Sunday, March 5, 2006

INB 3/5/06: Gov't Settles Abuse Lawsuit; Raids Hit Cape Cod

Immigration News Briefs
Vol. 9, No. 8 - March 5, 2006

1. Government Settles Abuse Lawsuit
2. Raids Hit Cape Cod

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On Feb. 27, the US government filed a settlement in US District
Court for the Eastern District of New York, in Brooklyn, agreeing
to pay $300,000 to Ehab Elmaghraby, a native of Egypt who was
arrested in a sweep of Muslim men following the Sept. 11, 2001,
terror attacks and was held for nearly a year at the federal
Metropolitan Detention Center (MDC) in Brooklyn. Elmaghraby was
eventually convicted of credit card fraud but cleared of any
links to terrorism; he was deported in 2003 and now lives in

On May 3, 2004, Elmaghraby and co-plaintiff Javaid Iqbal, a
Pakistani native held at MDC for nine months, sued former
attorney general John Ashcroft and Federal Bureau of
Investigation (FBI) director Robert S. Mueller III in the
Brooklyn federal court, accusing them of personally conspiring to
violate the rights of Muslim immigrant detainees on the basis of
their race, religion and national origin. The lawsuit also names
officials from the federal Bureau of Prisons (BOP) and guards at
MDC [see INB 5/15/04].

Elmaghraby said he reluctantly decided to settle because he is
ill, in debt and about to have surgery for a thyroid ailment
aggravated by his treatment in detention. Iqbal is still pursuing
the lawsuit. Iqbal was one of several detainees who returned to
New York this year to give depositions in their lawsuits under
conditions of extraordinary security, including the requirement
that they be in constant custody of federal marshals and not call
anybody. Elmaghraby did not go to New York because of his ill
health and because the settlement was close, said one of his
lawyers, Haeyoung Yoon of the Urban Justice Center.

A number of similar lawsuits have been filed; Elgharaby's case is
the first the government has settled. The settlement agreement
must still be approved by the federal judge in the case, John
Gleeson. The government did not admit any liability or fault in
settling the suit.

Gleeson ruled last September that Ashcroft, Mueller and other top
government officials must answer questions under oath in the
lawsuit. "Our nation's unique and complex law enforcement and
security challenges in the wake of the Sept. 11, 2001, attacks do
not warrant the elimination of remedies for the constitutional
violations alleged here," Gleeson wrote. Government lawyers filed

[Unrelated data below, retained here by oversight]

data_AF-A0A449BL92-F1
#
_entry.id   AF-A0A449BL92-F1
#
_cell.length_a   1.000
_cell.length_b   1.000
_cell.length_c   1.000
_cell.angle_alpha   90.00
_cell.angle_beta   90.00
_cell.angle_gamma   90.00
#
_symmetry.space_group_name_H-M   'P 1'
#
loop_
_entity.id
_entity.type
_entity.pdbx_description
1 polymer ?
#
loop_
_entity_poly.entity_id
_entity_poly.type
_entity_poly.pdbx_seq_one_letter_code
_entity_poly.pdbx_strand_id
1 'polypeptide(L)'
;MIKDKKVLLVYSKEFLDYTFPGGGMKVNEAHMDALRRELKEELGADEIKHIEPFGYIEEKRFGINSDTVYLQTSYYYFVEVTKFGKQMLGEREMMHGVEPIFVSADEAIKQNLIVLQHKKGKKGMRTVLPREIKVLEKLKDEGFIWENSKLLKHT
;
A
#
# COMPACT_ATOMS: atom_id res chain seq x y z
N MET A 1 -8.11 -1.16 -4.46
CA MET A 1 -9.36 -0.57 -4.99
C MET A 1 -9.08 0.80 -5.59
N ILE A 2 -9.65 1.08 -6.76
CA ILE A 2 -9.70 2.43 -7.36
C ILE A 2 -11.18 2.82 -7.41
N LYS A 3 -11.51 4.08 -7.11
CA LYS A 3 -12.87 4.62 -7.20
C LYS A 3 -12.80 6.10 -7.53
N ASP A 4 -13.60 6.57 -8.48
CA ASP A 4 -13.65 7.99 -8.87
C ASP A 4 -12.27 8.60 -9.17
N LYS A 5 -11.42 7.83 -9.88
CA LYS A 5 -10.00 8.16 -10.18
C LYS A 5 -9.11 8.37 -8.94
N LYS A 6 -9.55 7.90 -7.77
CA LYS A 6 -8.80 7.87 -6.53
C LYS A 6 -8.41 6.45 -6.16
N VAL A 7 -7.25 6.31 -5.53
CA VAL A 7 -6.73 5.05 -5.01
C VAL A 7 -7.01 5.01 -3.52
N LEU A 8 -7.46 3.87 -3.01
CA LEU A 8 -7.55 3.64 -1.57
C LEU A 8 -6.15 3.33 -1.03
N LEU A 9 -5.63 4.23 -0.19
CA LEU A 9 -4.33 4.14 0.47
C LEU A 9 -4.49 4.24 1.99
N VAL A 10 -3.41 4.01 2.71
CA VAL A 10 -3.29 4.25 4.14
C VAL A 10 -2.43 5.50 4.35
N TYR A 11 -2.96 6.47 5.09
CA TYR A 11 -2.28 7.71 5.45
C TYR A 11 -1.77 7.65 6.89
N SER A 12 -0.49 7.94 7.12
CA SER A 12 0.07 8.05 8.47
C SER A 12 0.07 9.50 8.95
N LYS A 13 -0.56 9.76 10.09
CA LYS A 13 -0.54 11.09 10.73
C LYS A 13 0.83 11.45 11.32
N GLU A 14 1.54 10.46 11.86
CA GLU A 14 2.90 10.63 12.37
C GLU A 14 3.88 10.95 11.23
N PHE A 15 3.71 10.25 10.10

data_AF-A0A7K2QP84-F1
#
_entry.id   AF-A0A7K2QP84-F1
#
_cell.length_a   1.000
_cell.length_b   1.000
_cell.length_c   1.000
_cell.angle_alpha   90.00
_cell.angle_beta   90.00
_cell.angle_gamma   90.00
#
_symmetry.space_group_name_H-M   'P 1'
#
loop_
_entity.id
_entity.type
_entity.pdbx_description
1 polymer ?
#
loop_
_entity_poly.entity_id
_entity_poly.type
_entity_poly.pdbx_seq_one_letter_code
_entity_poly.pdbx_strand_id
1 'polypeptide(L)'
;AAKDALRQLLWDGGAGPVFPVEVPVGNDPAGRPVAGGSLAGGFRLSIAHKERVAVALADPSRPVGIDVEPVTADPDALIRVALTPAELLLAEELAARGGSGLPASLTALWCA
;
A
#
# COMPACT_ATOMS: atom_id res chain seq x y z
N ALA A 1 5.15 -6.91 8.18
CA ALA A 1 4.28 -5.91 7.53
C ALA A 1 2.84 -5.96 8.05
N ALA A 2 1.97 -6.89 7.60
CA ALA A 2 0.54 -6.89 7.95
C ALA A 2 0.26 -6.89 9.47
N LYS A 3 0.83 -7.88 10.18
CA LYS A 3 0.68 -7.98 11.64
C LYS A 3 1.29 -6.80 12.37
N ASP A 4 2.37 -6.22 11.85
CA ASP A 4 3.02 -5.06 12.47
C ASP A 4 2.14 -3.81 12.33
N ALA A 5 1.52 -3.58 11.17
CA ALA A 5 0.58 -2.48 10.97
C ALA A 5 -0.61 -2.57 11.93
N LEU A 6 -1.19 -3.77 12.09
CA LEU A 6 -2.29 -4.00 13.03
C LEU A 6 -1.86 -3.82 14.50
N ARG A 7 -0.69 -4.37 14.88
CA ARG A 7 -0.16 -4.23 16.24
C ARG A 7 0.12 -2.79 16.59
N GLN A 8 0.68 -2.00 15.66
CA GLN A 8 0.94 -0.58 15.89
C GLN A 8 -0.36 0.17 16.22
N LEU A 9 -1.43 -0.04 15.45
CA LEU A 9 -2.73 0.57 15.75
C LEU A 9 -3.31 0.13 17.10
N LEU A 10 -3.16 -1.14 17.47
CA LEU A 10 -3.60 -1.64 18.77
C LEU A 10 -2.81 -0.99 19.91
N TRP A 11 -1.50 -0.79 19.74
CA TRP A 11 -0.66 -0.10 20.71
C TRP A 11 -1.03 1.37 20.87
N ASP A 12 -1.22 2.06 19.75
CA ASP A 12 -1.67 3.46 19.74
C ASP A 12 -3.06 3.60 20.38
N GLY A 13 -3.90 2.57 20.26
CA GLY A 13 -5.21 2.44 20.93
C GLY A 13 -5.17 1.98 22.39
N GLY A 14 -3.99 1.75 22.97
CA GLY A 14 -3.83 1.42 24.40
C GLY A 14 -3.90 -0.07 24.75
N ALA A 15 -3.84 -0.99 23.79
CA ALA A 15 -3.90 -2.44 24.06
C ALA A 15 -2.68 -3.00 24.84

an appeal of that ruling on Feb. 24.

A 2003 report by the Justice Department's inspector general found
widespread abuse of noncitizen detainees at MDC following Sept.
11, 2001. In their lawsuit, Elmaghraby and Iqbal charged that
while at MDC they were kicked and punched while shackled, cursed
as terrorists and subjected to multiple unnecessary body-cavity
searches, including one in which correction officers inserted a
flashlight into Elmaghraby's rectum, making him bleed.

BOP spokesperson Traci L. Billingsley said the BOP began its own
investigation in April 2004, after federal officials declined to
prosecute. She said 10 guards and supervisors at MDC had been
disciplined: two were fired, two demoted and eight received
suspensions ranging from 2 to 30 days. She listed the offenses as
"lack of candor, unprofessional conduct, misuse of supervisory
authority, conduct unbecoming, inattention to duty, failure to
exercise supervisory responsibilities, excessive use of force,
and physical and/or verbal abuse." [New York Times 2/28/06]


On Feb. 21, US Immigration and Customs Enforcement (ICE) agents
arrested nine Brazilian immigrants in the Cape Cod area of
Massachusetts while searching for three men wanted on outstanding
warrants of removal. Barnstable police collaborated with ICE
agents in the raids. The nine detainees were taken to Boston,
where half of them were released with an order to appear in court
at a future date. "When we're seeking several fugitives, as we
were, and we happen upon other people breaking immigration laws,
we are not going to release them," said ICE northeast regional
communications director Michael Gilhooly. "We are going to arrest

Local Brazilians believe the ICE raids stemmed from the Feb. 3
arrest by Barnstable police of two Brazilian men who worked at a
Dunkin' Donuts shop. The two were charged with having urinated
and spit in coffee served to customers--particularly police
officers. ICE northeast regional communications director Michael
Gilhooly said two of the three men named in the removal warrants
were also facing charges brought by Barnstable police; Gilhooly
would not confirm whether the charges were for the coffee-
tampering incidents. But Cape Cod Online reports that two of the
men named on the removal warrants have the same last names as the
two Dunkin' Donuts suspects. One of the two was arrested Feb. 21
in Hyannis; the other was picked up in Florida on Feb. 23.

Barnstable police would not say whether they had contacted
immigration officials about the Dunkin' Donuts case. Barnstable
police also arrested five men during the week of Feb. 20 for
using fake Brazilian driver's licenses. All of them were
initially pulled over for traffic violations.

The last large immigration sweep on Cape Cod took place in
September 2002, when 35 Brazilian nationals were arrested in
early-morning raids by what was then the Immigration and
Naturalization Service (INS). There are an estimated 15,000 to
18,000 Brazilian immigrants living on Cape Cod, according to
leaders in the Brazilian community. [Cape Cod Online 2/24/06]


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